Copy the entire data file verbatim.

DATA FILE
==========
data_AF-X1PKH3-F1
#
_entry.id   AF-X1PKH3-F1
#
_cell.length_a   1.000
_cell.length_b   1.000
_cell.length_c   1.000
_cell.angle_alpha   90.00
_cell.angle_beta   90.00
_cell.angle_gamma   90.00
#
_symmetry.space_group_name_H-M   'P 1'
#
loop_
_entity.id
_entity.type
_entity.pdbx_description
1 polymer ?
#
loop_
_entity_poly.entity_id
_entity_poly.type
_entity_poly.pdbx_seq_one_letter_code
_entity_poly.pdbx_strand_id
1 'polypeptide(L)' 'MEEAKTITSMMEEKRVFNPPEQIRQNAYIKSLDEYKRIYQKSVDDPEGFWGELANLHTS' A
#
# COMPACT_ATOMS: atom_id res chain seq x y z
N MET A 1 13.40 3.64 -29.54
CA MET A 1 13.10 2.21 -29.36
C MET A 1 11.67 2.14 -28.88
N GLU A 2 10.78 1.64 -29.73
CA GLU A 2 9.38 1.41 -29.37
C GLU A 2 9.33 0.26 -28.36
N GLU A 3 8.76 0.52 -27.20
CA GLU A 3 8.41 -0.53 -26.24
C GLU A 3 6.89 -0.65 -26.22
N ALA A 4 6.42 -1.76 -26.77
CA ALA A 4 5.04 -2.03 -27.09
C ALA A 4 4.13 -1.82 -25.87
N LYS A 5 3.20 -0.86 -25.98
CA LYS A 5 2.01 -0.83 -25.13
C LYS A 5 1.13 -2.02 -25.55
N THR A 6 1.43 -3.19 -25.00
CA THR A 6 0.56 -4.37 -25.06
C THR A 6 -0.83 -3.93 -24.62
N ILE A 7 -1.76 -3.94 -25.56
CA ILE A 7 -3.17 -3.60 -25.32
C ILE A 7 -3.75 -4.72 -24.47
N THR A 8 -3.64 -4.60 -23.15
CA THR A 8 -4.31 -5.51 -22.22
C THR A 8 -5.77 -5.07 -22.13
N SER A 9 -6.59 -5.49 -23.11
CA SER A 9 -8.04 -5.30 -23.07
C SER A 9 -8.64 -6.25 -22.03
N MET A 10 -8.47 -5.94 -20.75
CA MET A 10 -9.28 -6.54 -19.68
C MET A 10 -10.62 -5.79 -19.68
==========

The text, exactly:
data_AF-X1PKH3-F1
#
_entry.id   AF-X1PKH3-F1
#
_cell.length_a   1.000
_cell.length_b   1.000
_cell.length_c   1.000
_cell.angle_alpha   90.00
_cell.angle_beta   90.00
_cell.angle_gamma   90.00
#
_symmetry.space_group_name_H-M   'P 1'
#
loop_
_entity.id
_entity.type
_entity.pdbx_description
1 polymer ?
#
loop_
_entity_poly.entity_id
_entity_poly.type
_entity_poly.pdbx_seq_one_letter_code
_entity_poly.pdbx_strand_id
1 'polypeptide(L)' 'MEEAKTITSMMEEKRVFNPPEQIRQNAYIKSLDEYKRIYQKSVDDPEGFWGELANLHTS' A
#
# COMPACT_ATOMS: atom_id res chain seq x y z
N MET A 1 13.40 3.64 -29.54
CA MET A 1 13.10 2.21 -29.36
C MET A 1 11.67 2.14 -28.88
N GLU A 2 10.78 1.64 -29.73
CA GLU A 2 9.38 1.41 -29.37
C GLU A 2 9.33 0.26 -28.36
N GLU A 3 8.76 0.52 -27.20
CA GLU A 3 8.41 -0.53 -26.24
C GLU A 3 6.89 -0.65 -26.22
N ALA A 4 6.42 -1.76 -26.77
CA ALA A 4 5.04 -2.03 -27.09
C ALA A 4 4.13 -1.82 -25.87
N LYS A 5 3.20 -0.86 -25.98
CA LYS A 5 2.01 -0.83 -25.13
C LYS A 5 1.13 -2.02 -25.55
N THR A 6 1.43 -3.19 -25.00
CA THR A 6 0.56 -4.37 -25.06
C THR A 6 -0.83 -3.93 -24.62
N ILE A 7 -1.76 -3.94 -25.56
CA ILE A 7 -3.17 -3.60 -25.32
C ILE A 7 -3.75 -4.72 -24.47
N THR A 8 -3.64 -4.60 -23.15
CA THR A 8 -4.31 -5.51 -22.22
C THR A 8 -5.77 -5.07 -22.13
N SER A 9 -6.59 -5.49 -23.11
CA SER A 9 -8.04 -5.30 -23.07
C SER A 9 -8.64 -6.25 -22.03
N MET A 10 -8.47 -5.94 -20.75
CA MET A 10 -9.28 -6.54 -19.68
C MET A 10 -10.62 -5.79 -19.68